I hate buzzwords! It's not "carbon," it's "carbon dioxide"

And what about these stupid yellow ribbons everywhere? I hate that too!

By Cary Tennis
July 18, 2007 3:03PM (UTC)
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Dear Cary,

I work for a large architecture firm that specializes in green building. I'm not fond of "movements," though I have worked in the background of environmental causes since the 1970s and have managed to avoid zealots. After "carbon-neutral" became a buzzword, I asked a co-worker to explain what it meant and what carbon had to do with it. Was that covered in the parts of "An Inconvenient Truth" I had skipped over?


The co-worker explained about carbon dioxide offsets and this was a concept I understood, even though it seems a lot like the buying of indulgences. What I don't understand is why no one is calling the concept correctly -- carbon is not carbon dioxide! One is a black solid. One is an odorless, colorless gas. Couldn't they call it CO2 neutral? Not buzzwordy enough? Why does no one question this? Is it a symptom of post 9/11 obedience where no one questions the flaws in the foundation? The very keystone of the movement has the wrong damned name!

No one seems to think my objection to this is particularly important. I think it's the banana peel on the slippery slope. It's like yellow ribbons everywhere, where a cheesy Tony Orlando song created a symbolism trend. Yellow. Cowardice. Or does everyone miss that, too?

I'm not sure what my question is, Cary, except that I feel angry that people are trying to make me feel guilty that I'm focusing on what they consider trivial. I think it's a lurking evil and not trivial at all. It's lack of questioning like this that got us into a war. It's symbolic of a badly poured footing. In the face of such apathy, within the very cause that spawned it, I don't know what to do. I want them to use the right terms. What can I do? Take out billboards?


Bothered by Bad Buzzwords

Dear Bothered by Bad Buzzwords,

The crowd is dumb but it knows what it wants. It wants a picture of the pollution it opposes. It cannot see carbon dioxide, but it can certainly see the evil Blackie Carbon!

So it names this thing it opposes "carbon," rather than "carbon dioxide," in an act of willful synecdoche.


Likewise the crowd does not care what color the ribbon is or that the story was about a man getting out of prison. It cares only for itself, its belonging and remembering, its cohesion and immortality; it cares only for the ecstatic loss of self experienced by individuals within it. So it would be sacrilegious to suggest in the midst of the crowd's sacred celebration of correctness that its iconography is all wrong.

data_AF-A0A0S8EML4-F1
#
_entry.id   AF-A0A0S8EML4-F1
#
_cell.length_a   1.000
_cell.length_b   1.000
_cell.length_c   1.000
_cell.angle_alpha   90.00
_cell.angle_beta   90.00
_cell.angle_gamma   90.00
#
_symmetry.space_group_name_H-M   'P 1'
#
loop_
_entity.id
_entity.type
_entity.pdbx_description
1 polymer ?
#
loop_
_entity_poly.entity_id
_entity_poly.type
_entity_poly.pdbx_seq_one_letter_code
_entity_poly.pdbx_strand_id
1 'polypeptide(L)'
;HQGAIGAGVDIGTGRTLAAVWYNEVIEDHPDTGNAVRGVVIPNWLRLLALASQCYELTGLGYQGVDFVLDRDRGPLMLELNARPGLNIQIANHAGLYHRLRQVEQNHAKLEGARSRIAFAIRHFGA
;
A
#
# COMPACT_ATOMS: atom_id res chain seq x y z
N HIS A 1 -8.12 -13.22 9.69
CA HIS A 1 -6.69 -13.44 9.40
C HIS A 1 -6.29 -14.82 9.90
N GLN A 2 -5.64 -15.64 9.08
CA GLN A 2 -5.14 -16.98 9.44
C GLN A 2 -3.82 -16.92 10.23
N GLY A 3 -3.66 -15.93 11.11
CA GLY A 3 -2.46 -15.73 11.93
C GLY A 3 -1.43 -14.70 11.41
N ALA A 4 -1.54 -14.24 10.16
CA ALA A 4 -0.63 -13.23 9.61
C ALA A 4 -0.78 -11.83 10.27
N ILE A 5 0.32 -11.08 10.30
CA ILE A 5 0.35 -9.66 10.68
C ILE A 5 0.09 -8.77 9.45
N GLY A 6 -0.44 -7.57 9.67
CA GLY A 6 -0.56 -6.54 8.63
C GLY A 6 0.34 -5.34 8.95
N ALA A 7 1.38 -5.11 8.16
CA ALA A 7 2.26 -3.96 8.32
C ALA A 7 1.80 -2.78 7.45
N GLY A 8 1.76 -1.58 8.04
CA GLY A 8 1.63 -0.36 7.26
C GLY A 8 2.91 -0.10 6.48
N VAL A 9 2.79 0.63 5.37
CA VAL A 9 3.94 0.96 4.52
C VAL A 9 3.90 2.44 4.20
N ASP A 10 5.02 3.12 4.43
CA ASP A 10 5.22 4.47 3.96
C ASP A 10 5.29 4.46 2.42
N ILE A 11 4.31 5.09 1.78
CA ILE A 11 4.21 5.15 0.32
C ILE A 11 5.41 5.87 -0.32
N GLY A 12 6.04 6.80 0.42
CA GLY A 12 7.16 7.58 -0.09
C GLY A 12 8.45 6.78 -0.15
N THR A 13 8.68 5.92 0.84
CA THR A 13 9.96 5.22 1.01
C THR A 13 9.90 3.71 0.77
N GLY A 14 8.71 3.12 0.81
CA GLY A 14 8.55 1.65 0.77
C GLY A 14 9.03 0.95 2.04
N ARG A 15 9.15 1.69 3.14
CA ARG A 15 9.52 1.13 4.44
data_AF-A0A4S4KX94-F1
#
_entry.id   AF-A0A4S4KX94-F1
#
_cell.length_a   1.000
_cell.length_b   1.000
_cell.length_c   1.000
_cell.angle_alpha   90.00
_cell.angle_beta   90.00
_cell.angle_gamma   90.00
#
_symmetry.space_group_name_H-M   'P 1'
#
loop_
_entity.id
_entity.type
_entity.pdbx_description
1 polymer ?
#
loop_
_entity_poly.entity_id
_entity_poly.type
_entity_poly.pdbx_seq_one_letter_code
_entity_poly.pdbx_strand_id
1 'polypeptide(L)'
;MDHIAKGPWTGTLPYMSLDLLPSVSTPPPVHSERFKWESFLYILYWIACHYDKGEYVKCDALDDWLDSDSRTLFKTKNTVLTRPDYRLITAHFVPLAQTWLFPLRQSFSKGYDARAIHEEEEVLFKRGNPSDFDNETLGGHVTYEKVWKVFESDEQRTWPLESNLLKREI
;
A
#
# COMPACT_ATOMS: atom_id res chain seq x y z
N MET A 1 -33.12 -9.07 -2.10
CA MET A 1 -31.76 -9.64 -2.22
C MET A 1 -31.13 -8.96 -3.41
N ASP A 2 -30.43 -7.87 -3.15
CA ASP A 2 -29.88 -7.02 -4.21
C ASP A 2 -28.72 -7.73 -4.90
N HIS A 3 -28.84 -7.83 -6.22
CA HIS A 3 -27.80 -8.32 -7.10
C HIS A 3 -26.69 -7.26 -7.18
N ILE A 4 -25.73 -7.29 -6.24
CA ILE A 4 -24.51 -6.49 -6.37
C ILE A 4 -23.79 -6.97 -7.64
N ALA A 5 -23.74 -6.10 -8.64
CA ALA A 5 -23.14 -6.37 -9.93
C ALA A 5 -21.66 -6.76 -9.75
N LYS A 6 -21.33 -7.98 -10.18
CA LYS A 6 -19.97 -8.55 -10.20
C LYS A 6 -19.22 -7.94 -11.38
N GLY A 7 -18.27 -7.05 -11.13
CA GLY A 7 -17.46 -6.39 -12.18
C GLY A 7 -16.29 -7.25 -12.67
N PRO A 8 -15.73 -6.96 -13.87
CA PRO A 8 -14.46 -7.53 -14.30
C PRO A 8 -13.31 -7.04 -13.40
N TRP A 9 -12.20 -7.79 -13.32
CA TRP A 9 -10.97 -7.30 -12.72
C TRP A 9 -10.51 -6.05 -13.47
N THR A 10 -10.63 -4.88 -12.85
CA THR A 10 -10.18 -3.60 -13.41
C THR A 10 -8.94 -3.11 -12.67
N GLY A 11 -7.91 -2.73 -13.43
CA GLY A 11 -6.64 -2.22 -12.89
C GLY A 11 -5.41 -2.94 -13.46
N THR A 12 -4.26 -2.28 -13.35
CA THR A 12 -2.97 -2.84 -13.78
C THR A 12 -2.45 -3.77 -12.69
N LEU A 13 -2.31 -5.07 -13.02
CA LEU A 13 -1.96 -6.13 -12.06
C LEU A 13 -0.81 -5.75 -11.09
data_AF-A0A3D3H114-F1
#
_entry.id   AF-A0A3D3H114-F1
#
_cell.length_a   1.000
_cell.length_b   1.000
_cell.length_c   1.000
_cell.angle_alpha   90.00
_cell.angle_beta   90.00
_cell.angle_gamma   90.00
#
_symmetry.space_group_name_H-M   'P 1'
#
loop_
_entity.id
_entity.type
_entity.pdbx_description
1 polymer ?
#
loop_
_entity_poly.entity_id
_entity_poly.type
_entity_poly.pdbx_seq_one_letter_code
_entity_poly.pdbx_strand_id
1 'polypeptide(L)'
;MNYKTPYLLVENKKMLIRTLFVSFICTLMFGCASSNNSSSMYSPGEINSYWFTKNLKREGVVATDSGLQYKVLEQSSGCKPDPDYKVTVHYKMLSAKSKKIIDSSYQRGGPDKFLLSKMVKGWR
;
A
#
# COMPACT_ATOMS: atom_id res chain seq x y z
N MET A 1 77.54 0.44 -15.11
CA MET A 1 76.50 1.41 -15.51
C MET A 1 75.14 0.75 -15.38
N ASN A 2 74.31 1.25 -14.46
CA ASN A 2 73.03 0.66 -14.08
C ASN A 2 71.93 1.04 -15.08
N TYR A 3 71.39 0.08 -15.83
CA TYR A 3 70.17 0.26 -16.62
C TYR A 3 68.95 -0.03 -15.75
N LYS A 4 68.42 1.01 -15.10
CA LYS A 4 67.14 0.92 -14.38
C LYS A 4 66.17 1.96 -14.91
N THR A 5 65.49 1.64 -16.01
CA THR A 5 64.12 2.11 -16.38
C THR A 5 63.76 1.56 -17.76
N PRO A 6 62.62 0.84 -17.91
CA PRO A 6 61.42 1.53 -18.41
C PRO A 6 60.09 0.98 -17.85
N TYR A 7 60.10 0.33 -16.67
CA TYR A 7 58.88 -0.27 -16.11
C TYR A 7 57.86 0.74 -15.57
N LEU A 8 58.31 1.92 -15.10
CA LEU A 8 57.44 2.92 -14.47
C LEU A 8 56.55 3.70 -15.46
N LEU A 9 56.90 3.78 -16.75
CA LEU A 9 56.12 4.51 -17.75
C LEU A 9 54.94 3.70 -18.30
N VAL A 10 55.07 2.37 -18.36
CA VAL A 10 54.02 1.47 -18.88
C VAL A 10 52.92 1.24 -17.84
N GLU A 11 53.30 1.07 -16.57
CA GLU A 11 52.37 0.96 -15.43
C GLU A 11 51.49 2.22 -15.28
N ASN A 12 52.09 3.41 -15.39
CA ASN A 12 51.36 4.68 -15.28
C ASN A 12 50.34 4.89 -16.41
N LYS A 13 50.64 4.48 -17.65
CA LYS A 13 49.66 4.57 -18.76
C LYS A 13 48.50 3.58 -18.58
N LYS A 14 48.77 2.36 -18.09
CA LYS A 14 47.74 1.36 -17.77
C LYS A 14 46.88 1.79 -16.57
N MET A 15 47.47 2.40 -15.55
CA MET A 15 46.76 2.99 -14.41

The crowd hates us when we dare to point out that it is carbon dioxide and not carbon that is pouring out of exhaust pipes, and that the song was about a guy getting out of prison after all and not a war hero. You just don't get it, the crowd replies. It's the spirit of oneness we feel in opposing what we oppose. You obviously do not feel the ecstasy of belonging that we feel, so it is irrelevant to speak to you. You are not one of us. If you want to be one of us you must perform a sacrifice. You must put aside your carping about facts and join us in spirit. We are the crowd. We are omnipotent. We have the songs to prove it.


There is a strange, powerful thrill in joining the crowd, a feeling Elias Canetti so strangely evoked in "Crowds and Power." You leave behind the differentiating engine of logic. You release yourself from the necessity of knowing the difference and you just go. You follow the crowd to the bullfight or the execution or the site of passionate oratory.

Mobs crave the ecstasy of their own belonging. They will murder any meaning to achieve it -- while you and I stand outside shouting with impotent rage, It's not carbon, it's carbon dioxide!

I think, incidentally, this disdain for the crowd is why my old and dear friends at the Gawker love me so much, reporting as they do from the center of the universe where there is so much pressure to conform. Being courageously free and of generous spirit, they hear in my voice something strange and distinctive that both lures them and repulses them and about which, being the tolerant and open-minded people they are, they express their appreciation in many kind, thoughtful and humorous posts. The feeling they express toward me, I must say, is quite mutual; I, in fact, must easily have double the regard for them that they have for me, or even more, though out of modesty I do not express it. It is truly wonderful to have such friends. I dream of them at night and wake to their cheerful chirping on my windowsill.


So let us, you and I, having settled the matter of the mob, agree to say "carbon dioxide" rather than "carbon," and should I disappear one day or just be very late for dinner after meeting with my friends at the Gawker, do not, under any circumstances, tie any kind of ribbon around any kind of tree.

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